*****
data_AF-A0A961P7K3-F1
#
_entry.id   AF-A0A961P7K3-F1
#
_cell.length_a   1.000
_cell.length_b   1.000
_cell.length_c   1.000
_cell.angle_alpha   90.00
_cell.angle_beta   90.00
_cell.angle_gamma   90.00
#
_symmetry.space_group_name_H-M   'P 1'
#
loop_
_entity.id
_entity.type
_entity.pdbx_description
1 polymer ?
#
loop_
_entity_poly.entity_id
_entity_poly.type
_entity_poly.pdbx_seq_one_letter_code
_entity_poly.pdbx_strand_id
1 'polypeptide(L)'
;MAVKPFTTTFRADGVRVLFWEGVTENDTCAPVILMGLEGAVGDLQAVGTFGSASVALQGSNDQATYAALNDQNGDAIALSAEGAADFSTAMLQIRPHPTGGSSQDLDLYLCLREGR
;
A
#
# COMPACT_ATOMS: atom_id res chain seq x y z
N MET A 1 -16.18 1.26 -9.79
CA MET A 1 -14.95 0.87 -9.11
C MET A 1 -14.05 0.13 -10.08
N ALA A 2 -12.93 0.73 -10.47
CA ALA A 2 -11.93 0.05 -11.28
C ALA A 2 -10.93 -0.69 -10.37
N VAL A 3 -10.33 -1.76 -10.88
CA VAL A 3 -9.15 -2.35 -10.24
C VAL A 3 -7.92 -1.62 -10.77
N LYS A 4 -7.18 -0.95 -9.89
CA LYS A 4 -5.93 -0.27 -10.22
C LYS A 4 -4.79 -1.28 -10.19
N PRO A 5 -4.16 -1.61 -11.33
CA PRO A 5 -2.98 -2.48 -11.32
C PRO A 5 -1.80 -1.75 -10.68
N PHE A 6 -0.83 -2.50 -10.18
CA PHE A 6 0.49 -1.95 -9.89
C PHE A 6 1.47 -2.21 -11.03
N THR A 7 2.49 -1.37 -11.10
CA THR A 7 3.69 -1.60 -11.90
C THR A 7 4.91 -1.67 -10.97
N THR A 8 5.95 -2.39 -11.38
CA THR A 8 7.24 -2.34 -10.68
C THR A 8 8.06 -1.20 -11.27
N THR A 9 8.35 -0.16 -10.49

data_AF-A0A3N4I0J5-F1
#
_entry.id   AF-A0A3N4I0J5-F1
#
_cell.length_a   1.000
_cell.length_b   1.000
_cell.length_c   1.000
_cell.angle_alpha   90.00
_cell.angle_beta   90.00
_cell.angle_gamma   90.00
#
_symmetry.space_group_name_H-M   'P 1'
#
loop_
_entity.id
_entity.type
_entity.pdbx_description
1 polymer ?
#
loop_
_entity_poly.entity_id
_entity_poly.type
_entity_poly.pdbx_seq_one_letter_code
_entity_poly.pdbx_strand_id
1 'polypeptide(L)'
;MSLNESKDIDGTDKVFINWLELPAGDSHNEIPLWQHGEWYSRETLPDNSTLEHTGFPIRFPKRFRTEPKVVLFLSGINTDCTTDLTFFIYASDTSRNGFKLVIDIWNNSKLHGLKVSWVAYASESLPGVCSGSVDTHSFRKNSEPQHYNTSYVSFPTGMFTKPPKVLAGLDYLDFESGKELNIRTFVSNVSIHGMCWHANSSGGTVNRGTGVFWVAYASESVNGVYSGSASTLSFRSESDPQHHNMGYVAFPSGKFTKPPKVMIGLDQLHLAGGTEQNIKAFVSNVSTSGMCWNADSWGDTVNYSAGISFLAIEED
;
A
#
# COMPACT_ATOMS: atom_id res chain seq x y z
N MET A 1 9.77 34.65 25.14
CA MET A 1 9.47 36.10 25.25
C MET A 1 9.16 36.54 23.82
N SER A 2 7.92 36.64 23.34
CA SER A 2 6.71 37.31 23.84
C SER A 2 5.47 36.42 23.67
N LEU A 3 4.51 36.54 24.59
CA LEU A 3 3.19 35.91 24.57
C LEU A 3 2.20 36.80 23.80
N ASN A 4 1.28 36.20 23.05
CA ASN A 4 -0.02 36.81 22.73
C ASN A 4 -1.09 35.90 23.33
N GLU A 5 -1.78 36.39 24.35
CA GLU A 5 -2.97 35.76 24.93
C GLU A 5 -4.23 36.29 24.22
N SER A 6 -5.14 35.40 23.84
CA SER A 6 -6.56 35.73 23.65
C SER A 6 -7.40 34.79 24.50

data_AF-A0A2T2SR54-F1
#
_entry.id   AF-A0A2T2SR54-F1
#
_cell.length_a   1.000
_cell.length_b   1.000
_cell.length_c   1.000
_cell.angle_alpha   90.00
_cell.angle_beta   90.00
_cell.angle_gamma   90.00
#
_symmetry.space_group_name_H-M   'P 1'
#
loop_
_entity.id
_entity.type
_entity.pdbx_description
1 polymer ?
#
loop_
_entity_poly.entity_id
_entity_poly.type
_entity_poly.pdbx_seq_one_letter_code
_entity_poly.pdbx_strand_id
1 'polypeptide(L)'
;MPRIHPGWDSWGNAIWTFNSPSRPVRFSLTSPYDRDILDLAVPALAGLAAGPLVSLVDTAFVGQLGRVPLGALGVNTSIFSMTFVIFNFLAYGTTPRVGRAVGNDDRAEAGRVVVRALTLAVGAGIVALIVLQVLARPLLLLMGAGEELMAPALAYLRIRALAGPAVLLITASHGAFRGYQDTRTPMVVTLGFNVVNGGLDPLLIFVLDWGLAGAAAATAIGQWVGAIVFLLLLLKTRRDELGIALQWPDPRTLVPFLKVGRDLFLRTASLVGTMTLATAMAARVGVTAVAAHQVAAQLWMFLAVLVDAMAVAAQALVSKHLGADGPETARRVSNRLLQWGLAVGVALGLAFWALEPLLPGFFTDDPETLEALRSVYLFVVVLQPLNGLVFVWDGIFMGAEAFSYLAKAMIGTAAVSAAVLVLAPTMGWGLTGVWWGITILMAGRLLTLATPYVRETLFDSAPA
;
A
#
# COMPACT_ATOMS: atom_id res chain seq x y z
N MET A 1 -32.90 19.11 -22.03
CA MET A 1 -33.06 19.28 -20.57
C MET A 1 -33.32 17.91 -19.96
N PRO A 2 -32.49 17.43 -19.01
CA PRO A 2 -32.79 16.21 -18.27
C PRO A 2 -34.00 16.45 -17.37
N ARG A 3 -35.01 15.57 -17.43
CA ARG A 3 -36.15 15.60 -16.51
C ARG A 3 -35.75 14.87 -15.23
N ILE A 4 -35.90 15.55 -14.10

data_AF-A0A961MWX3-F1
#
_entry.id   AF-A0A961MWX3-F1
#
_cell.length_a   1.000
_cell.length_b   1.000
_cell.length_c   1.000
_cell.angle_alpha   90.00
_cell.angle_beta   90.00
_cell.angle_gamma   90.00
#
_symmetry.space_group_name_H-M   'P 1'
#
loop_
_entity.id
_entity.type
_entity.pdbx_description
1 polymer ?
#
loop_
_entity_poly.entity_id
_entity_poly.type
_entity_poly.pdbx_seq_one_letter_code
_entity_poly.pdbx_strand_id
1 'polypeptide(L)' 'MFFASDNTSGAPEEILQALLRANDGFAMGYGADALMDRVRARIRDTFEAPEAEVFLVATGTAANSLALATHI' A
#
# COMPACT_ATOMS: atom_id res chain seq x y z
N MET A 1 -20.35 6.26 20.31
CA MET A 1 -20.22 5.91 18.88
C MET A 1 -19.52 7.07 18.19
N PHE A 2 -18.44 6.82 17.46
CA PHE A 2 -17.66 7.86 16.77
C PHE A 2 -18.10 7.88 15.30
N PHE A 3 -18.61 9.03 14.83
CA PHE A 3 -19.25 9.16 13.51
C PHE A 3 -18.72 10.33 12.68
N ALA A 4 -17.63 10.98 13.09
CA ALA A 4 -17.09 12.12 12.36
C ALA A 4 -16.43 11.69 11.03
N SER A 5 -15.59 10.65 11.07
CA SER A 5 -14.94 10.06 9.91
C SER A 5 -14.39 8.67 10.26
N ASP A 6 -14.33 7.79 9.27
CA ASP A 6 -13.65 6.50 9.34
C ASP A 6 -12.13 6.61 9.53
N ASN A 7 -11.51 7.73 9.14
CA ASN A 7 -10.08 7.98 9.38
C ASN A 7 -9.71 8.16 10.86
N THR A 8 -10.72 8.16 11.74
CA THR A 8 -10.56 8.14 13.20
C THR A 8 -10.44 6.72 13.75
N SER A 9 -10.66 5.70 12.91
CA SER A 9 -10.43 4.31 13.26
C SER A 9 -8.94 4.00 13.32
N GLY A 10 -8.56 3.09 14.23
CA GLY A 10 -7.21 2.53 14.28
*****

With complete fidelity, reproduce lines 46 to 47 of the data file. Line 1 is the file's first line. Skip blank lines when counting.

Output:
N PHE A 6 -0.83 -2.50 -10.18
CA PHE A 6 0.49 -1.95 -9.89